The S is for making space, in which you reclaim your time and give yourself permission to prioritize your own fun.

P is for pursuing passions, where you do things that you enjoy and explore new hobbies or interests.

A is for attracting fun, which includes identifying "fun magnets" and adopting a fun mindset.

R stands for rebel – though playfully.

K stands for keeping at it, which can be done by creating "booster shots" of always having something to look forward to, and seeking new opportunities to create playful, connected flow.

She also said one of her habits is saying the word "delight" out loud every time she sees or experiences something that sparks joy.

Build confidence with a growth mindset

In her keynote speech, author Nada Lena Nasserdeen laid out 15 challenges that female leaders face, and argued that many of them are related to confidence. Challenges she mentioned included: a lack of support from other women, speaking up, building alliances, asking for money, reentering the workforce after becoming a parent, overcoming perfectionism and tackling imposter syndrome.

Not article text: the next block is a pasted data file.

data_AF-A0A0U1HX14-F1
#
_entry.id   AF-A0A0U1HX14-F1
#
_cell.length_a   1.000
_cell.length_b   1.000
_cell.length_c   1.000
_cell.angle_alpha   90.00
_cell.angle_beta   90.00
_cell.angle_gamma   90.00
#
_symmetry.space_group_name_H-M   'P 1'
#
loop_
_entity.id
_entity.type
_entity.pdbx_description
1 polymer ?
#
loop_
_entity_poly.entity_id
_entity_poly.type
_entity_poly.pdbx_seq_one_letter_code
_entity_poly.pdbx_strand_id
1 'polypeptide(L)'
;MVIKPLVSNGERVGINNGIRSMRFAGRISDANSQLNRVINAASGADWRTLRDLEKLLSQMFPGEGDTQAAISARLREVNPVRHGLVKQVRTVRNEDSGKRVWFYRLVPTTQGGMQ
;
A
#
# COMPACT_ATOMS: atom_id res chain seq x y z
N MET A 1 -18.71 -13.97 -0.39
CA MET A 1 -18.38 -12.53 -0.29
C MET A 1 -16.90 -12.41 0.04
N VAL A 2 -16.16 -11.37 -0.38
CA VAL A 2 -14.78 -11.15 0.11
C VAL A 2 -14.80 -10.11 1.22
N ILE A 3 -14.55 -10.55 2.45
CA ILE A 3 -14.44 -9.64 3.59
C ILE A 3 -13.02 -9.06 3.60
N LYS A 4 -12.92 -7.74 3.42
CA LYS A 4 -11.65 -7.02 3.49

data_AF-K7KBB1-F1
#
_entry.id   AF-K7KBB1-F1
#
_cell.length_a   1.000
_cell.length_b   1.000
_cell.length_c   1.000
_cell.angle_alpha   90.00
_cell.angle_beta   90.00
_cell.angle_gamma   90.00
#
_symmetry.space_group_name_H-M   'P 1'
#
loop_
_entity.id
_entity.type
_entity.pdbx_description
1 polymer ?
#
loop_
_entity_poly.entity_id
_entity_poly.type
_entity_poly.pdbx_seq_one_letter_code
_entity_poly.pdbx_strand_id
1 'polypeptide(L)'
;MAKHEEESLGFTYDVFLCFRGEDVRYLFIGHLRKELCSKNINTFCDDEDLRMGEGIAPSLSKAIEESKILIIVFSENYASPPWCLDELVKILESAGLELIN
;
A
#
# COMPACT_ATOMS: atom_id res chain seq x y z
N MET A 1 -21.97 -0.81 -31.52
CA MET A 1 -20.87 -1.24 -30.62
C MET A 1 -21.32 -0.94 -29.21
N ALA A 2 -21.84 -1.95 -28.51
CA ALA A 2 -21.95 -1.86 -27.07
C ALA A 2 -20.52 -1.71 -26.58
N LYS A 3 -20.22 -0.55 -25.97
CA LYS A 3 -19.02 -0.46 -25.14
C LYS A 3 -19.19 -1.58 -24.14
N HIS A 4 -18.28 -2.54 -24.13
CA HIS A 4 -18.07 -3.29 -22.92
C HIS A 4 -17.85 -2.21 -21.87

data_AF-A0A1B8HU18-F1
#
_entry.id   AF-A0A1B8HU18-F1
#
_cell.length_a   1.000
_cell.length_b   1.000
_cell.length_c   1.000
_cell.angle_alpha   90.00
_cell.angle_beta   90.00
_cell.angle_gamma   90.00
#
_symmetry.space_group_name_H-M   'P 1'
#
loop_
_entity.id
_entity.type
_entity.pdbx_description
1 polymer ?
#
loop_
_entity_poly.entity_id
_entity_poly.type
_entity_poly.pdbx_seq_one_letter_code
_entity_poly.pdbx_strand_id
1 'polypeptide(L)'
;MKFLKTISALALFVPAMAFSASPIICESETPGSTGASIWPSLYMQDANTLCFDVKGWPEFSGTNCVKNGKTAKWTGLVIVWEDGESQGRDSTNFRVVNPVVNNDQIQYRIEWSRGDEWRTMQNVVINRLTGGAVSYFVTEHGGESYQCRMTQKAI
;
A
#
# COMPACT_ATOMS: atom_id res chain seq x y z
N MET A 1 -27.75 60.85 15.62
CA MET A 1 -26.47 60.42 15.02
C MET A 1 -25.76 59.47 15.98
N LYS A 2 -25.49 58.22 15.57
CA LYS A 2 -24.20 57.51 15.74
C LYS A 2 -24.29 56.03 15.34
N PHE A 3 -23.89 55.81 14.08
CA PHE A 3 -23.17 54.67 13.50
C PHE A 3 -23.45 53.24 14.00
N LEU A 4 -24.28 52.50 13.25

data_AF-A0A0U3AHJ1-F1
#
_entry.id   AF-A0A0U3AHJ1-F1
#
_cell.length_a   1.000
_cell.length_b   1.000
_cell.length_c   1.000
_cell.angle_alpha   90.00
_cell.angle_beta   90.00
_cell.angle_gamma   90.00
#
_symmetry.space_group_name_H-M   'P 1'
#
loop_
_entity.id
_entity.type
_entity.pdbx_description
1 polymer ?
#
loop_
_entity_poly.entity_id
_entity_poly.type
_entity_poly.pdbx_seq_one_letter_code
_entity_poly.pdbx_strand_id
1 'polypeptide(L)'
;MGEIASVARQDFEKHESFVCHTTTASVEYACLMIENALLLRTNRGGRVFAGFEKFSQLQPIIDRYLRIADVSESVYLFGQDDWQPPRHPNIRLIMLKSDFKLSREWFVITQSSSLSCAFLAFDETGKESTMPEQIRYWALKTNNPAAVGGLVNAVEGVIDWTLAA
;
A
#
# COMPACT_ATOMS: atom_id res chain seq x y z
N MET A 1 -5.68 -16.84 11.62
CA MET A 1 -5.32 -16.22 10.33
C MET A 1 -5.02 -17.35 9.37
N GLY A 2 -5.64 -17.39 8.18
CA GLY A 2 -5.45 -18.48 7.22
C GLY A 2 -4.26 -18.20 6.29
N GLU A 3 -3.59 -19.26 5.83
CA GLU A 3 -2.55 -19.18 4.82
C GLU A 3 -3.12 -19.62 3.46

Lack of self-confidence and "wasted human potential" are "the greatest tragedy we see today," Nasserdeen said.

She encouraged attendees to work on building "macroconfidence" instead of "microconfidence."

Macroconfidence, she said, is where you believe that you are enough simply because you exist, and you maintain a growth mindset. Microconfidence is when you have confidence in specific areas of your life, such as your career, relationships, speaking up, instead of a more holistic approach.

With a growth mindset, she said, you shift your frame of thinking from "I can’t" or "I don’t know" to "I can’t yet."

Nasserdeen gave several pieces of advice on building confidence, which included:
  • Practice failing.
  • Embrace new opportunities.
  • Don’t focus on what you don’t know; think about the value you bring to the table.
  • Forget perfection.
  • Remember that you are enough, and no one can convince you of that except you.
October leaves
These days, I tend to only follow accounts on Instagram that bring me joy or spark inspiration. This video from artist Karly Murphy of @kmpressed shows a leaf for every day in October.

Now that most of the leaves are gone, watching this video made my heart swell with appreciation for how lovely fall was, and how many different types of trees and plants are out there.

Like this newsletter? Please forward to a friend!
Did someone share this newsletter with you? Sign up here.

Business Publications Corporation Inc.

515.288.3336  |

Contact the group publisher of BPC:
Contact Fearless editor:
Submit press release:
Advertising info:
Membership info:

Copyright © BPC 2022, All rights reserved.
Reproduction or use without permission of editorial or graphic content in any manner is strictly prohibited.

Email Marketing by ActiveCampaign